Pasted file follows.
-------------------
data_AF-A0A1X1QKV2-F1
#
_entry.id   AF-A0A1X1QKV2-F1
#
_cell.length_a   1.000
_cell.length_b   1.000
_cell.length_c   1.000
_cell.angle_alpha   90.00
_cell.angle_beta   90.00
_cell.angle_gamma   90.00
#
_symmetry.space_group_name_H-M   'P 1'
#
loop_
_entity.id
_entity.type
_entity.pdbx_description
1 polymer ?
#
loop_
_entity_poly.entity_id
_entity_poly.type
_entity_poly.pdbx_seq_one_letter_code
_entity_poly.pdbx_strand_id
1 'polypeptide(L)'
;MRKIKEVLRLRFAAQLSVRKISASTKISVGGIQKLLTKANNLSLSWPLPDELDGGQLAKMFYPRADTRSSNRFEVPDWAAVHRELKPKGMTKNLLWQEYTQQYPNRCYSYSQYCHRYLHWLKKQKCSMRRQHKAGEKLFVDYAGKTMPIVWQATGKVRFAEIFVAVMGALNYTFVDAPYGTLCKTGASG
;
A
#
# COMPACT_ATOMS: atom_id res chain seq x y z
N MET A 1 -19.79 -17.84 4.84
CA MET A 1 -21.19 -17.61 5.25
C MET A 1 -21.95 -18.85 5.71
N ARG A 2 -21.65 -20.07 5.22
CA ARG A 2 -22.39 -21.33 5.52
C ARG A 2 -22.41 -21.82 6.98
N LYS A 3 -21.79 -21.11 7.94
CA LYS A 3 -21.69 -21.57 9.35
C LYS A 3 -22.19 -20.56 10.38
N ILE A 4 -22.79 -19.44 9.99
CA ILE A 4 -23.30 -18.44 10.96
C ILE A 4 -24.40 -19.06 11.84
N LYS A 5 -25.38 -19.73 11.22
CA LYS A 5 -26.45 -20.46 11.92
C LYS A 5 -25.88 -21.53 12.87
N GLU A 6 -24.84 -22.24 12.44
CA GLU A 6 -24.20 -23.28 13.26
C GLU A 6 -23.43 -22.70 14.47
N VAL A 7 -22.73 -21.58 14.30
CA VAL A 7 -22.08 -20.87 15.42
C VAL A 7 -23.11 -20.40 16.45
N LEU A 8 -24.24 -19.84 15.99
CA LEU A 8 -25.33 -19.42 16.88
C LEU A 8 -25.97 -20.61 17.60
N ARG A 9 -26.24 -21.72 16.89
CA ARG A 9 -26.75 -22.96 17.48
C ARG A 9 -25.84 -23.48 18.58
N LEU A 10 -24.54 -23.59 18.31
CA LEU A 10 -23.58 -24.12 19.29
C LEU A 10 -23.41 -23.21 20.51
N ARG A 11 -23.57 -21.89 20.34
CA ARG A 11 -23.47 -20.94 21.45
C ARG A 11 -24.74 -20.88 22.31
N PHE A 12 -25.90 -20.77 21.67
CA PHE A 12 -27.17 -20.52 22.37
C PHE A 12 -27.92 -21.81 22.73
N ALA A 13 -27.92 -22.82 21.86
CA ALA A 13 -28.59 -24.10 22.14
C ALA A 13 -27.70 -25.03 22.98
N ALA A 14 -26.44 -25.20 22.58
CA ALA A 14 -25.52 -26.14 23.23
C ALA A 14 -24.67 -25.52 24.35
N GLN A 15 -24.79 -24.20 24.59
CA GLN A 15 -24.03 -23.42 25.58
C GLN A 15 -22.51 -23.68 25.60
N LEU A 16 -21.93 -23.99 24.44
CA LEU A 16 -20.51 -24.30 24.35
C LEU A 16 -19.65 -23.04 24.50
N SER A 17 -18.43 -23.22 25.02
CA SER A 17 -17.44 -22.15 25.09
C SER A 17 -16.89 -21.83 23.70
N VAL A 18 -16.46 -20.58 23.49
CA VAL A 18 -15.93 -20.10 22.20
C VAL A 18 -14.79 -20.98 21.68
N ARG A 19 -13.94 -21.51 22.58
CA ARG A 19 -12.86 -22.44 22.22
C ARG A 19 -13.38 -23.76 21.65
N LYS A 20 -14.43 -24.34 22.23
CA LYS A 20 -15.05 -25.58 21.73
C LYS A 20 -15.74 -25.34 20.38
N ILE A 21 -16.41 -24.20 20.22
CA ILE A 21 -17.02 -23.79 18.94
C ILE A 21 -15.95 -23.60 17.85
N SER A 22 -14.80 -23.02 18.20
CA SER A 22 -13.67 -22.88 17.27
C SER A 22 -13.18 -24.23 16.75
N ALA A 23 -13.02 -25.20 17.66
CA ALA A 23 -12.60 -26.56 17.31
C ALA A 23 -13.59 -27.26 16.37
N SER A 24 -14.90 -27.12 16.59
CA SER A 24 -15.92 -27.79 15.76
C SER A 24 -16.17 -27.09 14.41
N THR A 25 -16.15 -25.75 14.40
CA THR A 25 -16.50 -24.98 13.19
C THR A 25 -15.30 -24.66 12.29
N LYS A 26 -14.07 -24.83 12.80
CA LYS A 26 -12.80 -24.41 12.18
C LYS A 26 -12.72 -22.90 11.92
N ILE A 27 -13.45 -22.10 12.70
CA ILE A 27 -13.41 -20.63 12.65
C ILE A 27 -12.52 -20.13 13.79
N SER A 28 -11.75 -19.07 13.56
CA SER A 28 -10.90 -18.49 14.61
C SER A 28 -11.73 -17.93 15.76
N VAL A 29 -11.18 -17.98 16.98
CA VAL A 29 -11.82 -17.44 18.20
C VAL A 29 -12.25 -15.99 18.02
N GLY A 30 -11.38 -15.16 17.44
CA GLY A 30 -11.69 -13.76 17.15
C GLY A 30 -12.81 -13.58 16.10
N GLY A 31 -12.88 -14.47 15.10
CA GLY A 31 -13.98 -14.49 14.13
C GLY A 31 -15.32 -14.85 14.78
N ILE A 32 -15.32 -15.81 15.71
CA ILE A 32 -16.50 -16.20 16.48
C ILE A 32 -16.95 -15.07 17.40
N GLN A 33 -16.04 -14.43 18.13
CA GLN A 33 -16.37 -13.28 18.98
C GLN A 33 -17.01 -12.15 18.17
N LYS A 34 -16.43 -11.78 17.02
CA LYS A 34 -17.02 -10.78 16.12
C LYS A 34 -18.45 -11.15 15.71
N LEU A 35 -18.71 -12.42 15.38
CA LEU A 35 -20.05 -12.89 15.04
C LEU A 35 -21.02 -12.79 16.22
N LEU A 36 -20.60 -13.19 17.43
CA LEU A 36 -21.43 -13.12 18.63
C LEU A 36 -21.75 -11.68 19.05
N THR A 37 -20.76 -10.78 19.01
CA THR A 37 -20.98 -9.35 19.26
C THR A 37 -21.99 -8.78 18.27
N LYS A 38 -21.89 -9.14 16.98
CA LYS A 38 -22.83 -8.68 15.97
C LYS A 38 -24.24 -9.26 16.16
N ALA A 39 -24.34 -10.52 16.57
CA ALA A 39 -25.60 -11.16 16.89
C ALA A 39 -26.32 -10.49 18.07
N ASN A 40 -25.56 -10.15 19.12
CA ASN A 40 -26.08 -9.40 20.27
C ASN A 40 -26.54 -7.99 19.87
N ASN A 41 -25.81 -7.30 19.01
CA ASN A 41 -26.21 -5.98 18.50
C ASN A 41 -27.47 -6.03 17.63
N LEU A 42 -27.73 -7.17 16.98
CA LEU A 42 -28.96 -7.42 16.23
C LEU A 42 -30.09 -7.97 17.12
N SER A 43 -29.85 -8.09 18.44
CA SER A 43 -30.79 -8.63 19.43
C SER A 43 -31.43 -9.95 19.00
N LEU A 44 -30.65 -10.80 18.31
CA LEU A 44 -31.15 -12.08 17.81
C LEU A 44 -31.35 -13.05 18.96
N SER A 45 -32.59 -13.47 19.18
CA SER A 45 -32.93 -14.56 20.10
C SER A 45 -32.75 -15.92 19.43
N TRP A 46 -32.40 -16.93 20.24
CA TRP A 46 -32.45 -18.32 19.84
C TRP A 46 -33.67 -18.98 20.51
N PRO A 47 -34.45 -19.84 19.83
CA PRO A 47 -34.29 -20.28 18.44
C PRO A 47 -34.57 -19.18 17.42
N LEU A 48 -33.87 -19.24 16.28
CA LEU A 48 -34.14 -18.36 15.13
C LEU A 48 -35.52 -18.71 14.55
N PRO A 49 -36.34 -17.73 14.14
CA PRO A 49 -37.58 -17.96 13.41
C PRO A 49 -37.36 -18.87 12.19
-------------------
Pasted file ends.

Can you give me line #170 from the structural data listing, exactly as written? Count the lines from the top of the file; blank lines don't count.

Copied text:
CA PRO A 47 -34.29 -20.28 18.44